I was scrolling through my personal Facebook feed recently when a post made me pause. A local business page was being used by the owner to laud Boris Johnson, the UK Prime Minister and his latest Brexit Deal. Firstly, I stopped and checked that it WAS the actual business page and secondly I started to write this post. You see, there are some things you really don’t want to talk about on your business Facebook page, Twitter account or other business social media accounts. Here’s why…
As a business its important to appeal to as many potential customers as possible. You want to sell to people no matter where they live, which football team they support, whatever religion, race, gender or politics. (There may be ethical exceptions, which I appreciate; for instance I could never write content for an extreme group’s website…)
It’s important to remember that people tend to follow your business accounts for one of the following reasons:
- They’re supporting your efforts as a family member or friend.
- They have a business connection with you; either as a customer, supplier, or stakeholder.
- They have an interest in your business, products or services.
- They’re a competitor, keeping an eye on what you’re doing.
- General interest in the content you post.
Generally, people follow or ‘like’ your business on social media because they’re interested in knowing more about it. They want to hear about how you manufacture, or provide the services you offer. Additionally, they may wish to be amongst the first to find out about offers or new products and services. They are also likely to respond favourably to behind-the-scenes glimpses into how you work and in getting to know the team.
These are all great ways to give your business some ‘personality’ and let people know how you operate. It creates trust and familiarity. Potential and existing customers become part of your tribe, because you have created links and a relationship with them.
Your business online footprint is incredibly valuable. It takes time to build it successfully, but it can be demolished in one tweet, one ill-advised post on Facebook, a angry update on LinkedIn, or one dodgy Instagram photo.
Here’s our guide to what NOT to post on your business’ Social Media accounts:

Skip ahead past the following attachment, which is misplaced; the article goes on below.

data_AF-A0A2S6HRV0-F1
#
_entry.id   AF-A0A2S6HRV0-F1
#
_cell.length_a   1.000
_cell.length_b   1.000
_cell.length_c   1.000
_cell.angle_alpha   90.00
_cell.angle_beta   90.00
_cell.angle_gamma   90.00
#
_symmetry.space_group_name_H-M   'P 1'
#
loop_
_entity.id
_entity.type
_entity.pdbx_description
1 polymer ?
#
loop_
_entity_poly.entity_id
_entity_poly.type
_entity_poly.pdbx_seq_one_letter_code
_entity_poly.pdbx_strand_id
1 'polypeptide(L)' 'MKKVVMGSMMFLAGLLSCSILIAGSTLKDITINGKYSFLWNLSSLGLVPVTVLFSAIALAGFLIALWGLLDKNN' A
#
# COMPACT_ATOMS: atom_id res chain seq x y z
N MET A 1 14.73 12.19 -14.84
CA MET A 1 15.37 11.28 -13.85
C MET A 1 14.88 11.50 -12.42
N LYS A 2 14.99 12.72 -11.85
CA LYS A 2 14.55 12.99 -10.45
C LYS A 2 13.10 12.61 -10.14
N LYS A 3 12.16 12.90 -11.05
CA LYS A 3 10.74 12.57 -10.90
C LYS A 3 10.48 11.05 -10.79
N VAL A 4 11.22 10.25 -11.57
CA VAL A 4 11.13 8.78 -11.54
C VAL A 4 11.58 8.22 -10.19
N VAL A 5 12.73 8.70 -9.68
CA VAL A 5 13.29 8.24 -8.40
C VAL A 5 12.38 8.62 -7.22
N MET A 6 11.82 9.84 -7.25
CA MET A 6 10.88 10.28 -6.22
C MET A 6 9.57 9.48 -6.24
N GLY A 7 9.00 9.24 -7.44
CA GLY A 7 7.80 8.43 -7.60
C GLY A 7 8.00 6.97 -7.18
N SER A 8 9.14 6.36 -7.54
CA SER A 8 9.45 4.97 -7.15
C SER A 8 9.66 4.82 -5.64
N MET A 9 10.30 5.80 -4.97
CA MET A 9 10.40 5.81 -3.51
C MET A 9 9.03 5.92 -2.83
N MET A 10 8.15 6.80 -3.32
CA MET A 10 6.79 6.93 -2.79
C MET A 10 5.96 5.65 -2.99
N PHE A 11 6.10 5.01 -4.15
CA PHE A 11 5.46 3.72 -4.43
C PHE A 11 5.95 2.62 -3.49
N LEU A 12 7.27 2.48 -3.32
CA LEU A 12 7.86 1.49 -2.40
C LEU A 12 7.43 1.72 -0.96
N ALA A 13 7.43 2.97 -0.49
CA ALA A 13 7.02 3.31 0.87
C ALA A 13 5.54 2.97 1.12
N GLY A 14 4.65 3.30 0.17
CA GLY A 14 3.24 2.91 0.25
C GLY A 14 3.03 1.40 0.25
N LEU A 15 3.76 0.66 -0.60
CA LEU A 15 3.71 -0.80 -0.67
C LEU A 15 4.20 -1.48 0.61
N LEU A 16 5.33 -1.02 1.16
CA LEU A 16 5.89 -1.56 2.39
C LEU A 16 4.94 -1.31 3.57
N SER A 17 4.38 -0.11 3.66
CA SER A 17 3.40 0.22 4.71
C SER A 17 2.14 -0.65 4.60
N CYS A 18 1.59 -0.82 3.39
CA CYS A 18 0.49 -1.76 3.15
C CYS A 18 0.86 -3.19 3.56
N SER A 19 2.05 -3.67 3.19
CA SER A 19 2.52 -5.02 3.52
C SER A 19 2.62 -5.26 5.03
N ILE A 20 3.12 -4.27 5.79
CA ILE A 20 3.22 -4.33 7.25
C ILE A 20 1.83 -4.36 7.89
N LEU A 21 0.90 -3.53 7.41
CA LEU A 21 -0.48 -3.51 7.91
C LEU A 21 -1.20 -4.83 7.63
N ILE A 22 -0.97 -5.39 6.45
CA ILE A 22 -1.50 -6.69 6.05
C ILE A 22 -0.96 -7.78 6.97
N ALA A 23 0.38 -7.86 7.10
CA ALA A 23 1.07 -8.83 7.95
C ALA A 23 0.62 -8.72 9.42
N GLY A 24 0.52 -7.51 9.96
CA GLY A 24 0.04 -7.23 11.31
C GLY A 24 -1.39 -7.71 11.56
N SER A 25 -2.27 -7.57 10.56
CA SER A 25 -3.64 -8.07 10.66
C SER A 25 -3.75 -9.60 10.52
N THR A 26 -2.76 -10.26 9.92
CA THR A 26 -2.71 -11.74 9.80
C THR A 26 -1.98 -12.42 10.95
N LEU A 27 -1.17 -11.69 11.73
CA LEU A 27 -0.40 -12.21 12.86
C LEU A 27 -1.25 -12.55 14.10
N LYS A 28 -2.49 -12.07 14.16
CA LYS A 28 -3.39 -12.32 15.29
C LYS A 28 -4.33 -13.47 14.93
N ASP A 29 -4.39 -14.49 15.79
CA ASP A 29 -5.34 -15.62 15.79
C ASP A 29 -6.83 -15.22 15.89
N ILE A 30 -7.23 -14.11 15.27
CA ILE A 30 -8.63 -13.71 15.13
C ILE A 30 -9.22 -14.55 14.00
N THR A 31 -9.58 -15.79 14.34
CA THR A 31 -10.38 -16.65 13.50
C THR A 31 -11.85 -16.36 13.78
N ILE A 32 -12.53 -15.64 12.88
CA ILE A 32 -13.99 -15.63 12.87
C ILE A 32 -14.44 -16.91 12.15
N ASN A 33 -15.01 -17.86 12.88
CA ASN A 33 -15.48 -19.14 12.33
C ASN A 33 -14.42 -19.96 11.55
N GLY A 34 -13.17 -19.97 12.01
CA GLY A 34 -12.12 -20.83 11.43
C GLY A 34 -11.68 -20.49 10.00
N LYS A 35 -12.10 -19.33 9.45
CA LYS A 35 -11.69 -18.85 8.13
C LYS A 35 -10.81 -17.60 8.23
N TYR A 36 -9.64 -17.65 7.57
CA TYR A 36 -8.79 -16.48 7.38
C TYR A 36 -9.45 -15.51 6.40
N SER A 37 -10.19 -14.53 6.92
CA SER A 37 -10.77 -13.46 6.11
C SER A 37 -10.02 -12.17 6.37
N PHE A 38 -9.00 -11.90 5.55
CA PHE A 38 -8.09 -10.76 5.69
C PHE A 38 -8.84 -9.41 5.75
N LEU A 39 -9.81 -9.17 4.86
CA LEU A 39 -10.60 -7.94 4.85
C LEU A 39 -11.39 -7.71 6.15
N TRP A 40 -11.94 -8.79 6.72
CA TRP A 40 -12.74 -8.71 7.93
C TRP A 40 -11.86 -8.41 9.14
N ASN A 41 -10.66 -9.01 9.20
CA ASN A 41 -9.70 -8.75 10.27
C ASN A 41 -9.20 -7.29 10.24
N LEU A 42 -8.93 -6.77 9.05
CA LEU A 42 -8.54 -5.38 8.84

There’s only one place for your dirty laundry and that’s at home. Don’t be tempted to have a rant about your neighbour’s dog, that row you had with the bloke who cut you up on the High Street, or your awkward brother-in-law and the latest family spat. It’s not even a good idea on your personal page to be honest; it won’t make you look good in any case.
Every post on your business page must reflect the professional image you want to promote. It’s too easy to tarnish that image with ill-judged updates. Just don’t do it!
Okay, there are times when this is appropriate. Such as if you are wishing your customers a Merry Christmas or a Happy Easter for example. Of course, if your business is a religious organisation, you’d be posting constantly about this topic, so can disregard this item on the list.
Posting heavy religious views or criticising others for having such views is a no no. Alienating a section of your potential customer base because you’ve offended them is not a great way to increase your bottom line. Even people who don’t hold particularly strong religious views can be massively turned off by this. Simple; steer clear.
The obvious next category for this list. In the current political climate, it’s easy to get drawn into a debate online. Never do this from your business account though. Clearly, the same exclusion applies if your business is politics, but otherwise, just keep it away from the business profile. One clear case and a perfect example for this point, is the UK and Brexit.